Greens call again for roadside corflute ban


As election corflutes begin littering Canberra streets, the ACT Greens have again called for a ban on roadside electoral signs during local election campaigns.

Under current laws, there is no limit to the number of roadside electoral corflutes that can be used in the ACT – which see thousands of plastic roadside corflutes flood the streets of Canberra six weeks out from each ACT election.

“It’s well past time to get rid of these annoying electoral signs – they’re a huge turn off for the community and are a huge waste of plastic,” ACT Greens campaign spokesperson for Democracy Emma Davidson said today.

“Overnight, they’ve popped up everywhere - and no surprise, given there is currently no limit on how many signs can be displayed in any one area.

“We know most Canberrans don’t like  seeing these roadsign signs polluting our streets, so I don’t know who the other parties think they’re winning over by littering the streets."

“The Greens encourage strong public discourse, where individuals and households and businesses can participate in the election by putting a sign in their own front yard."

“Roadsign corflutes, on the other hand, indicate nothing about the level of public support for a candidate, just how much money a party has."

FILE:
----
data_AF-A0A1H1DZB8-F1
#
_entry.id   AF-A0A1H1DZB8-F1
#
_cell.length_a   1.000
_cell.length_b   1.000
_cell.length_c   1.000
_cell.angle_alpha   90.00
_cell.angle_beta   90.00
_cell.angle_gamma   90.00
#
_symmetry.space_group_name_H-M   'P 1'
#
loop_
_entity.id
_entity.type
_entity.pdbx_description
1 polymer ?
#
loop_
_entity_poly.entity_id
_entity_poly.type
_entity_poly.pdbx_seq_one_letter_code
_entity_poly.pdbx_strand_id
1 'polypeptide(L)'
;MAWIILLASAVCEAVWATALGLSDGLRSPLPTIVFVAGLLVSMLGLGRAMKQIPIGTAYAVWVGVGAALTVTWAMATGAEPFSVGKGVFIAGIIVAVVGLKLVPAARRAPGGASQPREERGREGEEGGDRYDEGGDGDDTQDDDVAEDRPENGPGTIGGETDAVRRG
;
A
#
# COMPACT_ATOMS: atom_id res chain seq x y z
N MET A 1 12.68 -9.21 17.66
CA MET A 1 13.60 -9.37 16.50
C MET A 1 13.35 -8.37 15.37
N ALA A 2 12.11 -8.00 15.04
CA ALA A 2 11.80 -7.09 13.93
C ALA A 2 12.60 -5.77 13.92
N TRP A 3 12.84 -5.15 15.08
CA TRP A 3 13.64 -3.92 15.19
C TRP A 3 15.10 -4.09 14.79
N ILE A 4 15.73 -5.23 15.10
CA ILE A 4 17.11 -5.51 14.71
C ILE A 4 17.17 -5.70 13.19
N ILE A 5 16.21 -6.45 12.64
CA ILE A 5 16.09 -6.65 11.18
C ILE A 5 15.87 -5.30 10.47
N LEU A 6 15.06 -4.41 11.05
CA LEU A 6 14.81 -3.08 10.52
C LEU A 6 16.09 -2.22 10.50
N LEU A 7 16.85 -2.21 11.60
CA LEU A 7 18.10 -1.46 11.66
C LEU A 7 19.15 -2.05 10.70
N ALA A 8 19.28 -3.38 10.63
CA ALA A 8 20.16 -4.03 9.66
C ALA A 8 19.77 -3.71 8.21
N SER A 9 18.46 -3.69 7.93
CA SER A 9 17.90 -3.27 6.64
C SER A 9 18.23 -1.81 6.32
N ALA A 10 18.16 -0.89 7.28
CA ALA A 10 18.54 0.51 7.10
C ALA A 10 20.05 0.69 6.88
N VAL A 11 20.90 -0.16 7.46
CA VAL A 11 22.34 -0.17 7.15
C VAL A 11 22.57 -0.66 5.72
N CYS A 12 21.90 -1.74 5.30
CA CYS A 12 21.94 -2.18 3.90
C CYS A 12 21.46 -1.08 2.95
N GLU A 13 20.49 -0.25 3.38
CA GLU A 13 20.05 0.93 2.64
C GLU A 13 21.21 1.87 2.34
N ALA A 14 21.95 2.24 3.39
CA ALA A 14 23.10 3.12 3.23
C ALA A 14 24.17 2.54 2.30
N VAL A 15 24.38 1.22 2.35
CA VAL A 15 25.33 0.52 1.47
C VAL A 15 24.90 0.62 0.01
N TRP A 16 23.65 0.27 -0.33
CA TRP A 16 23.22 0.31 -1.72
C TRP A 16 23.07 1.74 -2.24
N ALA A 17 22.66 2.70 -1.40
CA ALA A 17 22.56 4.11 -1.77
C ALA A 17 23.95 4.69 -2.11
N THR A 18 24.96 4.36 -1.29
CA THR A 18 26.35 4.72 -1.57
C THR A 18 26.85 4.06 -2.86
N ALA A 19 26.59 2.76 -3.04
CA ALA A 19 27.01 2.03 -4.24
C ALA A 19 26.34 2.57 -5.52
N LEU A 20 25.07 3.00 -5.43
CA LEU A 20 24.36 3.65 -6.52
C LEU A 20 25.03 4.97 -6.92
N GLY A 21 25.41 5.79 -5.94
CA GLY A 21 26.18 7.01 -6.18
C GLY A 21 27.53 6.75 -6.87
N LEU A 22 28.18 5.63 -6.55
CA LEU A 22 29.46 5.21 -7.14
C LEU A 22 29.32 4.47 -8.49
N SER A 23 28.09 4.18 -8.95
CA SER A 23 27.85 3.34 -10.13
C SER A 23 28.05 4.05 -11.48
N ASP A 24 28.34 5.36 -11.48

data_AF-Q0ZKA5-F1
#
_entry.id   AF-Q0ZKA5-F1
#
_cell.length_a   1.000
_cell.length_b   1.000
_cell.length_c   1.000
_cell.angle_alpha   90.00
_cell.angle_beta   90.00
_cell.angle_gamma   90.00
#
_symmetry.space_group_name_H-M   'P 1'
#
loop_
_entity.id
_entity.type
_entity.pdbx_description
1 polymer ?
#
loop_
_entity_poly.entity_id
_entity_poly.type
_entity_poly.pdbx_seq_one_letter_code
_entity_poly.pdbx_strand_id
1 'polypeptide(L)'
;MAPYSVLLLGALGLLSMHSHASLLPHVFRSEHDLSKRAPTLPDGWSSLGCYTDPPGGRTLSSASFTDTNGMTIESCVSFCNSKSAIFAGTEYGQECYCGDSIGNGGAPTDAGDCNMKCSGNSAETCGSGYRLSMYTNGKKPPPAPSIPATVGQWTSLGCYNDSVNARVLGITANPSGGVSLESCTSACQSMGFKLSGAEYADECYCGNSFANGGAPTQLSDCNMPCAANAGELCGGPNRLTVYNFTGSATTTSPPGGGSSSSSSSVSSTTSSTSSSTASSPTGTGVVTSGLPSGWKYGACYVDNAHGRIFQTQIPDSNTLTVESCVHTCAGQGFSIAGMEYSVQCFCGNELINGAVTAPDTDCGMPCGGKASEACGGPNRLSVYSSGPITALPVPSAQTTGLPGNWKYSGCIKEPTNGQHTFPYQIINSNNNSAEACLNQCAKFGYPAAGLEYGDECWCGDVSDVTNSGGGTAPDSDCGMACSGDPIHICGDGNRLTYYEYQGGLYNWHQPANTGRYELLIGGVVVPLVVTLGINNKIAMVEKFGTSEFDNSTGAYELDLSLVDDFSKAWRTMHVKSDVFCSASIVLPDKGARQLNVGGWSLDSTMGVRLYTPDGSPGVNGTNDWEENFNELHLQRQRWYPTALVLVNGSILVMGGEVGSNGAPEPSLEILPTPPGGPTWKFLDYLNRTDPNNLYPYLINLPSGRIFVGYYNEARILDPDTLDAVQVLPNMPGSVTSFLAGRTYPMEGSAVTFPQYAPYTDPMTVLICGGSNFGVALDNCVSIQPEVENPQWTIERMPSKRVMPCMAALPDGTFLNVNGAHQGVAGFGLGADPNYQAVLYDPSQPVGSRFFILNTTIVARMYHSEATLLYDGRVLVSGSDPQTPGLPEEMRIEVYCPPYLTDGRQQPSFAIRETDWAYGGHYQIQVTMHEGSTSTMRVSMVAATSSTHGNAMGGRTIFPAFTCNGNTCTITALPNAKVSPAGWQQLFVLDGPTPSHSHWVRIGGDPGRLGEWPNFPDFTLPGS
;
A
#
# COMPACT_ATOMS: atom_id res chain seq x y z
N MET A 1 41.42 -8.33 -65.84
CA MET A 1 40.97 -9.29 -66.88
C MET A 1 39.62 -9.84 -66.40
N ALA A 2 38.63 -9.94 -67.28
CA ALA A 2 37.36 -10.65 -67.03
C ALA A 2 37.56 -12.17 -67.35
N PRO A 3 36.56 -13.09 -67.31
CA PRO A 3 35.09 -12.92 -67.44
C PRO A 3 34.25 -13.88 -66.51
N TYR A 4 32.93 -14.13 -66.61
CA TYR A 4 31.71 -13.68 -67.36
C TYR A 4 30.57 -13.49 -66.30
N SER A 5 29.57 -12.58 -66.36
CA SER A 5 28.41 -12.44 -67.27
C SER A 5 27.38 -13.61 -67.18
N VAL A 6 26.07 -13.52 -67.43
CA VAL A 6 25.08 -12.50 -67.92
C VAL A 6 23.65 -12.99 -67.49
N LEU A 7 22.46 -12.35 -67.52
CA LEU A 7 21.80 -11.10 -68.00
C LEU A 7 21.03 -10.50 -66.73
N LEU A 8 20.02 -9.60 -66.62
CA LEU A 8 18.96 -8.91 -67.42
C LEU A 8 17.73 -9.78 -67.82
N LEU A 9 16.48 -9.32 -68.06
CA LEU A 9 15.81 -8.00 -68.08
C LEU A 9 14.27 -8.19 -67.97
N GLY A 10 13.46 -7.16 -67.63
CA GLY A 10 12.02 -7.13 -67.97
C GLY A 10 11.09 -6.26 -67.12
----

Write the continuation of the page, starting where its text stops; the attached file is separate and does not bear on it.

“Once the election is over, we can only assume that most of these end up going straight into landfill. What an utter waste."

The ACT Electoral Commission's report on the Legislative Assembly Election in 2016 noted that social media "indicated a relatively widespread degree of dissatisfaction with the proliferation of campaign signs (principally the signs on stakes known as corflutes) across Canberra's main roads and suburban streets" – but stopped short of recommending that the roadside electoral signs be banned entirely.

At the last federal election in May 2019, the Greens did not use roadside electoral signage – instead, corflutes were displayed in private yards or held by volunteers for limited times. This avoided the waste of thousands of plastic corflutes being destroyed often within hours of being erected.

Of the yard signs the Greens do use, these end up being recycled in a range of different ways – including as house insulation, building chook sheds, as habitat for local wombats or painted over for protest signs.

The ACT Greens are currently displaying front yard  signs displayed - by choice - by individual households, which are made from 100% recycled material, and can be recycled in a person’s yellow bin.